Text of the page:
Fish Aristaless-related proteins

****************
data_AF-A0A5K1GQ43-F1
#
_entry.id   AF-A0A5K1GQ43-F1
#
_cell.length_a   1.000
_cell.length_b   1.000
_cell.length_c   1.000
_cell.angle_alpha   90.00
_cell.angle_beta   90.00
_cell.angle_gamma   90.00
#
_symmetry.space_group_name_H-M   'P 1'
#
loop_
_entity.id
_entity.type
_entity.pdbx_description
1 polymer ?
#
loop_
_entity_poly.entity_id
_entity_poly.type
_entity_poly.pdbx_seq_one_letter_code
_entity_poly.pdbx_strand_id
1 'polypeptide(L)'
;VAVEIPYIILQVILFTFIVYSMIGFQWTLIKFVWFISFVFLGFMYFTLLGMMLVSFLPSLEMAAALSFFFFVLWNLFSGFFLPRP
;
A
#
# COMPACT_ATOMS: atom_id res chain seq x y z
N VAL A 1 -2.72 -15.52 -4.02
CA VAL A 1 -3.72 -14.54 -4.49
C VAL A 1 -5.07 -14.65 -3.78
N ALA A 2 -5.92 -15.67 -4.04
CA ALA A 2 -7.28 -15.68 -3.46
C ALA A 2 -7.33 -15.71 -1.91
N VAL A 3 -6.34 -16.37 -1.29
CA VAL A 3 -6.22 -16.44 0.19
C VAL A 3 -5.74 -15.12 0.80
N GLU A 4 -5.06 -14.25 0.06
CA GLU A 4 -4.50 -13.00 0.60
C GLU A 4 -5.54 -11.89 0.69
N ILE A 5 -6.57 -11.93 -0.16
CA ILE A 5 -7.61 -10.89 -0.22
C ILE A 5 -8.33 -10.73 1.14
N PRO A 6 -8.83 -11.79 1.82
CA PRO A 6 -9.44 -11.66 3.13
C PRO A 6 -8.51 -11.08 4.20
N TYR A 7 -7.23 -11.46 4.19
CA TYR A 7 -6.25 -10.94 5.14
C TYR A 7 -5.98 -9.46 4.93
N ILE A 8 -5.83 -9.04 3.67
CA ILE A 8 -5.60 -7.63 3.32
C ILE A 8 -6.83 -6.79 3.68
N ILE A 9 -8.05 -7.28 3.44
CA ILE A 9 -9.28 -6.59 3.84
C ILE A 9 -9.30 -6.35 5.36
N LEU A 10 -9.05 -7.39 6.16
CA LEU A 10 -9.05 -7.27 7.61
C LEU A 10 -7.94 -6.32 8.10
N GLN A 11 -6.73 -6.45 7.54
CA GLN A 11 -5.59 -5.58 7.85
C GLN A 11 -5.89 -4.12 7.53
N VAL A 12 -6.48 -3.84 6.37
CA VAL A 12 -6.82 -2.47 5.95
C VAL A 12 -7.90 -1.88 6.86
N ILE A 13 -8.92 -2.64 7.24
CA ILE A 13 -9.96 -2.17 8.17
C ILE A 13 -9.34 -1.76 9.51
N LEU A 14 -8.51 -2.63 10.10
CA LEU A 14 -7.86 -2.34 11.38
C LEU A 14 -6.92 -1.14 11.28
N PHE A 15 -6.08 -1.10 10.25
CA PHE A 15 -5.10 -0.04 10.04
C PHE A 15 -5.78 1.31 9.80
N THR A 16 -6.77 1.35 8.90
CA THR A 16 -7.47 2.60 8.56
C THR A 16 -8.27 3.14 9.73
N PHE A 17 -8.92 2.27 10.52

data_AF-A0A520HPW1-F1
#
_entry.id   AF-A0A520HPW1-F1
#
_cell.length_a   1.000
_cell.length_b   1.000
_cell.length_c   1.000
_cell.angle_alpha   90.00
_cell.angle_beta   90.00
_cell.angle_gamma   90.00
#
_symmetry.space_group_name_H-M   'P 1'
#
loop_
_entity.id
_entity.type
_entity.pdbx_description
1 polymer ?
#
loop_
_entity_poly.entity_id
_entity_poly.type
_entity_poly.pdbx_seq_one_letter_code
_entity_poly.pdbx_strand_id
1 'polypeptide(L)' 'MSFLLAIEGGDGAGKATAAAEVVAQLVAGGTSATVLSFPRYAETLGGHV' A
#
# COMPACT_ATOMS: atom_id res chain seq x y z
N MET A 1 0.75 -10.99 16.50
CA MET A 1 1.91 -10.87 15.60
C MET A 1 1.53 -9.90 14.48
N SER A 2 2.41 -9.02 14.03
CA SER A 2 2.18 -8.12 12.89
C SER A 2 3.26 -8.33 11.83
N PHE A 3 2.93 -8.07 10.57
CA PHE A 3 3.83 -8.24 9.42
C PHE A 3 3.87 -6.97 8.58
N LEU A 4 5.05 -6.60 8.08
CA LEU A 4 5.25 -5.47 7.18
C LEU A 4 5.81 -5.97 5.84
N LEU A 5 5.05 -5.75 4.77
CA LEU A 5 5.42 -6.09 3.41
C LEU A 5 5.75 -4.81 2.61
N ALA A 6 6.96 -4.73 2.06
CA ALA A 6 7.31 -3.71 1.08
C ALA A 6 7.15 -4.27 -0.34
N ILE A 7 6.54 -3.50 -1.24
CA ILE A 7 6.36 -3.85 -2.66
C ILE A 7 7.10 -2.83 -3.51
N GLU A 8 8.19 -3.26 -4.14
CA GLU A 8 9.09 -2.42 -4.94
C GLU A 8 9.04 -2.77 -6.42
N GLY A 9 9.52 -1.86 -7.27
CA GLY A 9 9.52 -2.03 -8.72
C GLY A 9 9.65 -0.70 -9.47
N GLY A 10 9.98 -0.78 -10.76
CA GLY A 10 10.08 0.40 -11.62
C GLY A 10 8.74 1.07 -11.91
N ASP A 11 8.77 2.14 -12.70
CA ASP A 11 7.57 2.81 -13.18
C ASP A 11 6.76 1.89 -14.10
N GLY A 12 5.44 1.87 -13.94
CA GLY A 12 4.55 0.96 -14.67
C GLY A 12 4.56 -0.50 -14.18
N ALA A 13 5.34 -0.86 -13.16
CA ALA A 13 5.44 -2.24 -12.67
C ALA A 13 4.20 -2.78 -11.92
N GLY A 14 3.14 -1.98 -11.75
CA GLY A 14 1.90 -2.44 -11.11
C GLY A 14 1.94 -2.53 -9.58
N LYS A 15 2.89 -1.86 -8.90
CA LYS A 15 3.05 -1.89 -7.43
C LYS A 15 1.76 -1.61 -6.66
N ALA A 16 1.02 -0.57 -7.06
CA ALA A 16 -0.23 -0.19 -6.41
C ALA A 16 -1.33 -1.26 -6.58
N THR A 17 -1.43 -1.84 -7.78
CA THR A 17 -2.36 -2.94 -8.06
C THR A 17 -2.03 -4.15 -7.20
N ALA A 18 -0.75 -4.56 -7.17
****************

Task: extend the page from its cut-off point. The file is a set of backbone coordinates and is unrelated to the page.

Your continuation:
A zebrafish paired-type homeobox gene, Alx, is closely related to the murine Chx10 and the gold fish Vsx-I homeodomain proteins. Alx, named because of its homology to Drosophila Aristaless, has a paired domain and an overall 31% homology to Aristaless. The homology between Alx and Aristaless does not extend beyond the homeodomain. However, the degree of sequence similarity between the vertebrate and the nematode genes (C. elegans ceh-10) is striking, as is the homology between their expression domains. Thus the Drosophila gene might not be a true homolog of the worm or vertebrate genes. Alx is first expressed at about 12 h post-fertilization (hpf) when optic vesicles appear. Its expression is restricted to the early retinal neuroepithelium, whereas no signal can be detected in the optic placode. Later, Alx expression follows the differentiation of the neural retina. Inhibition experiments with antisense oligonucleotides result in specific eye malformations that are reminiscent of the phenotype of ocular retardation (or) mice, caused by a spontaneous Chx10 mutation. The expression of other developmentally relevant genes such as pax(zf-a), pax(zf-b) and krx-20 is not affected in the antisense treated embryos. Alx is a possible target of pax(zf-a) because pax(zf-a) is turned on about 2 hours before Alx and their expression domains partially overlap (Barabino, 1997).